Indonesia’s ongoing war on haze and mud

Updated On: Feb 27, 2007

On 22 February, Indonesia hosted an international conference on the implementation of Indonesia's action plan to tackle the haze, which saw promising moves byJakarta amid the forecast of extended dry season this year.

The conference was aimed at attracting international donors to contribute to solving the country's haze problem and coming up with input for an ASEAN environment ministers' meeting next week in Brunei Darussalam. Delegates hailed from countries such as Australia, the United States, the Netherlands, and the haze-affected states of SingaporeBrunei and Malaysia.

Indonesia has managed to raise Rp 602 billion (S$100 million) from state budgets through several ministries and local governments, as well donor countries, including the ASEAN states.

According to the Indonesian Environment Minister Rachmat Witoelar, "we have to launch a concerted effort to tackle the problem," and that “the support is very crucial because the land and forest fires and transboundary haze issues significantly damage Indonesian environment, its economic and social sector.”

ASEAN Secretary General Ong Keng Yong, welcomed Indonesia's plan of action and supported cooperation between the local and central governments and ASEAN countries to tackle the problem. "It's not a question of a lack of resources, it is a question of how you use the resources. People will put in more money if you have a good plan, leadership and commitment to solve the problem. ASEAN countries are prepared to commit resources, they just want to know how it is used," he said.

As Minister Witoelar explained to the conference participants, the funds will be channeled into education, by teaching peasants how to clear land for planting without resorting to the age-old slash-and-burn methods known to be rampant on Kalimantan and Sumatra, such as “how to use agricultural waste as raw material for compost.” “We will give (people) equipment to be able to cut down trees and bushes as well as chemicals to create natural fertilizer out of it," Witoelar added.

Rachmat also promised that the government would not hesitate to punish plantation companies that use slash and burn methods. "I warn the companies not to burn forest because this time we will be much tougher. We will arrest them and bring them to trial," he said.

Elsewhere, the Indonesian Deputy Minister for Natural Resource Conservation and Environmental Control, Masnellyarti Hilman said that anti-haze activities had already begun in the country. "We have conducted campaign programs and distributed equipment directly to farmers while the Agriculture Ministry is giving incentives in the form of free fertilizer to farmers who do not adopt slash and burn," she said. Masnellyarti added that her office and local governments would conduct checks on companies to see if they have the required equipment and facilities to prevent and put down fires. She admitted that "it is not easy to determine whether a particular company committed a crime [but] that's why we will train people at the local universities to be able to identify violations."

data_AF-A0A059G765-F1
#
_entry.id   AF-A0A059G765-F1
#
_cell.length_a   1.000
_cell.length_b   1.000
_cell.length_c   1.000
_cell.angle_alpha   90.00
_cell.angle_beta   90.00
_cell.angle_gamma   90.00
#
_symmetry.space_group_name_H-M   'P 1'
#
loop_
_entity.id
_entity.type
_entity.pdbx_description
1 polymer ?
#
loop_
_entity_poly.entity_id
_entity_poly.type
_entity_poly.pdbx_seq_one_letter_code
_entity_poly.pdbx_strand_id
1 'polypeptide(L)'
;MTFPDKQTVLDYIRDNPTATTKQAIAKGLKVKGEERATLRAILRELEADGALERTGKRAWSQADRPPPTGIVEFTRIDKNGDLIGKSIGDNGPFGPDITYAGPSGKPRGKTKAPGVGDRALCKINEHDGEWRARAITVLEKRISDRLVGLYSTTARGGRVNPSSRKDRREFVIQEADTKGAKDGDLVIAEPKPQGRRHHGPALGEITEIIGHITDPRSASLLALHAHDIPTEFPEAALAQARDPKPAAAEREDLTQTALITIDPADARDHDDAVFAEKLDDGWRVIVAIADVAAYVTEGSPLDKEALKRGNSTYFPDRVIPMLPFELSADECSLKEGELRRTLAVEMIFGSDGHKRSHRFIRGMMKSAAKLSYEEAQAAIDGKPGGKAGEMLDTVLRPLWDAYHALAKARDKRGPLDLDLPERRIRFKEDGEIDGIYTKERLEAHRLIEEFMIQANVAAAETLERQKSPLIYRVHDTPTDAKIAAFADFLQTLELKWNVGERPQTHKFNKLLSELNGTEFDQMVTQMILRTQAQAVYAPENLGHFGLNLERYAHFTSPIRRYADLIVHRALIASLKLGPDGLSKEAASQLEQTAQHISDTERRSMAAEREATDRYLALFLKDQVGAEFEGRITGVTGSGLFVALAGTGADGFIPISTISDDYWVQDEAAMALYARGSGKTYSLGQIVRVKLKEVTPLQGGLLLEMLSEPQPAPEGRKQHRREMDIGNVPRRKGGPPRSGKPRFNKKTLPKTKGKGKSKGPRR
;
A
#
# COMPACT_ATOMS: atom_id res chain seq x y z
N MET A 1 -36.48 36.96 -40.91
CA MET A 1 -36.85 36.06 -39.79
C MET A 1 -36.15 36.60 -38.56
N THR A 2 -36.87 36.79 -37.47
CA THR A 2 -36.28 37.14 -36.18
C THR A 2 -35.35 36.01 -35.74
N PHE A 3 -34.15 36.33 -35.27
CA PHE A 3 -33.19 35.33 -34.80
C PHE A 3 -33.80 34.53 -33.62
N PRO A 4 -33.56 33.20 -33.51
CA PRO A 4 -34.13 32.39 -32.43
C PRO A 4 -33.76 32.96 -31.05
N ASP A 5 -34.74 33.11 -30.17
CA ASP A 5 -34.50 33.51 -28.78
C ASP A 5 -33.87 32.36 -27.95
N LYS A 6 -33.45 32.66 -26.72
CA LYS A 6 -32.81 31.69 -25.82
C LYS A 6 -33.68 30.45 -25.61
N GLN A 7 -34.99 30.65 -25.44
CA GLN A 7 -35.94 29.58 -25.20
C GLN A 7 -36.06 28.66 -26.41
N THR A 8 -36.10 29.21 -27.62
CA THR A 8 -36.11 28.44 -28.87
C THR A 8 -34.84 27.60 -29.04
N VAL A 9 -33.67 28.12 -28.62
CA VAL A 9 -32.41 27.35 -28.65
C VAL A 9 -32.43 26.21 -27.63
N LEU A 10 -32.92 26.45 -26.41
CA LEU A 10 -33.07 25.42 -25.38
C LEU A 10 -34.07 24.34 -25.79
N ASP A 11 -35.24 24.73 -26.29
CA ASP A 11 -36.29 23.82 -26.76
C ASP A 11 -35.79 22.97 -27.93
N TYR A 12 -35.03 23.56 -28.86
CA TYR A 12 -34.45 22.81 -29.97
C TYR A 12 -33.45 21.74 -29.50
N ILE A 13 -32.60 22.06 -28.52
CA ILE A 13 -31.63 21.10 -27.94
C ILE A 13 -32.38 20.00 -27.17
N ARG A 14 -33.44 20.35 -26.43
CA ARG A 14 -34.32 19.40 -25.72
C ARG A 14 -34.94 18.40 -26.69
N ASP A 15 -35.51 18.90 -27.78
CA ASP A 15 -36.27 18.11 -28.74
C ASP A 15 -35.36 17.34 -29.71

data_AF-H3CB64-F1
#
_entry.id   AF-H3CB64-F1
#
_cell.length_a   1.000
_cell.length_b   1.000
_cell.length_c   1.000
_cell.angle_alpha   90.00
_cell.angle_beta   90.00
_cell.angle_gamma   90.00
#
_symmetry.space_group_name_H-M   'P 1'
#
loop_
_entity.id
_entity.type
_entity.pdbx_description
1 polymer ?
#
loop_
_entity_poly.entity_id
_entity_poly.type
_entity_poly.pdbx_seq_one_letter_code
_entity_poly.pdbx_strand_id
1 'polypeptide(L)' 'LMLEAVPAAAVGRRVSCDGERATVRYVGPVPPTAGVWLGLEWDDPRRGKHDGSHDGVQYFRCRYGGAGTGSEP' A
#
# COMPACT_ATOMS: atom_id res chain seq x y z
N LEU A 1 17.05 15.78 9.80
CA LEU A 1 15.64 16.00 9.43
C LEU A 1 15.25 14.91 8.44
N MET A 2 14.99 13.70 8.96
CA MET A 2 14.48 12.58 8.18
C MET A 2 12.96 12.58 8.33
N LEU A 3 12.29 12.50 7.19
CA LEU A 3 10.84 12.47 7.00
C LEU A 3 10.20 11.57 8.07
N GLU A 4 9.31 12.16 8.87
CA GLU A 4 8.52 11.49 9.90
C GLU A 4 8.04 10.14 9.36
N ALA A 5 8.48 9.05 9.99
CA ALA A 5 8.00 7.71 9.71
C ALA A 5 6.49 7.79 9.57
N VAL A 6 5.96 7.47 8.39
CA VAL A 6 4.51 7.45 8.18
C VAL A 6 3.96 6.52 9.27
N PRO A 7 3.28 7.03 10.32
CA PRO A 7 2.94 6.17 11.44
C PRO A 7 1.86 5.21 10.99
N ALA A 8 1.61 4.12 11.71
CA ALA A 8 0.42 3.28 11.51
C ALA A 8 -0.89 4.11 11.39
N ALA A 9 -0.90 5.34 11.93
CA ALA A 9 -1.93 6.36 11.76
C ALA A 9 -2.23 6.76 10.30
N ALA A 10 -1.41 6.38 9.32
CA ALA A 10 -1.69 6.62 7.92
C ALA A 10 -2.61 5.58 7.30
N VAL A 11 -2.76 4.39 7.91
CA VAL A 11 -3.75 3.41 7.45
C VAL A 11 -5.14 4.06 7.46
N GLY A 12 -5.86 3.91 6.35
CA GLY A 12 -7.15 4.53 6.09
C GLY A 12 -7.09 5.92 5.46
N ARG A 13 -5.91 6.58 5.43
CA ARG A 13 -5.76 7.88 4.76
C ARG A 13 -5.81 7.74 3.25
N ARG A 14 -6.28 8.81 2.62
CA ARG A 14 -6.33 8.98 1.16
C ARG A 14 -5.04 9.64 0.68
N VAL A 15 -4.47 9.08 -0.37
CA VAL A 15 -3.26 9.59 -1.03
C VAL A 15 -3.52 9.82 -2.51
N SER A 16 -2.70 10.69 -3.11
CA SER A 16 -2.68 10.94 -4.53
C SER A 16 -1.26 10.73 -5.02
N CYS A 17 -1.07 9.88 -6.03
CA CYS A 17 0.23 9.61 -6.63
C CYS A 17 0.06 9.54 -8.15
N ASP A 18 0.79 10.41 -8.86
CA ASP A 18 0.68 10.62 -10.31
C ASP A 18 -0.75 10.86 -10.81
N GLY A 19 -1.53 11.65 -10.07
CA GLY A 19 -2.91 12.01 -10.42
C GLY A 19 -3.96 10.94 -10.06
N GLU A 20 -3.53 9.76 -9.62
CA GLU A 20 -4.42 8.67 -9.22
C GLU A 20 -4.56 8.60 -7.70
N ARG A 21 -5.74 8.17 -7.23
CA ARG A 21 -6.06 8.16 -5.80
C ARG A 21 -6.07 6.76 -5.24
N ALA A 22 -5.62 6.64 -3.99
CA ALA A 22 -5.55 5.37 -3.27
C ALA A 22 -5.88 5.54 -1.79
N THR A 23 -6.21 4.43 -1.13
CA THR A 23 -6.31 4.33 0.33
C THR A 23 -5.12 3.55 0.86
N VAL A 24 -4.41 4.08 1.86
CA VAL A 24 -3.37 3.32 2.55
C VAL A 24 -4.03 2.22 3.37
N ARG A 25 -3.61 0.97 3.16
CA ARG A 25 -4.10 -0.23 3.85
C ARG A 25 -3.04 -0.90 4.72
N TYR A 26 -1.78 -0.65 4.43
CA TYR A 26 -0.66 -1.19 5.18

The conference participants were also briefed on Singapore's project to help the government fight fires in Jambi province. According to the head of the environment regional office in Jambi, Mr Murjani Ahmad, “Singapore officials came to Jambi last month and we are going to Singapore next month to work on the master plan,” he said. Other project areas sponsored by the Netherlands and Malaysia were also discussed at the conference, and the Indonesian organisers called for more such participation from donor countries and donor agencies in areas like Riau, West Kalimantan and South Kalimantan that have yet to see adoption.

An additional prevention/monitoring effort comes from the use of satellites and the establishment of air quality monitoring stations. Minister Witoelar said there will be an early warning system in place to alert Indonesia’s neighours in the event of severe haze.

Finally, the Environment Minister also highlighted the government’s plan to re-vitalise 1.3 million hectares of peatland in Kalimantan – after a failed farming programme in the 1990s – with 93,000 hectares of the 1.3 million hectares to be cultivated, and the rest turned into conservation areas.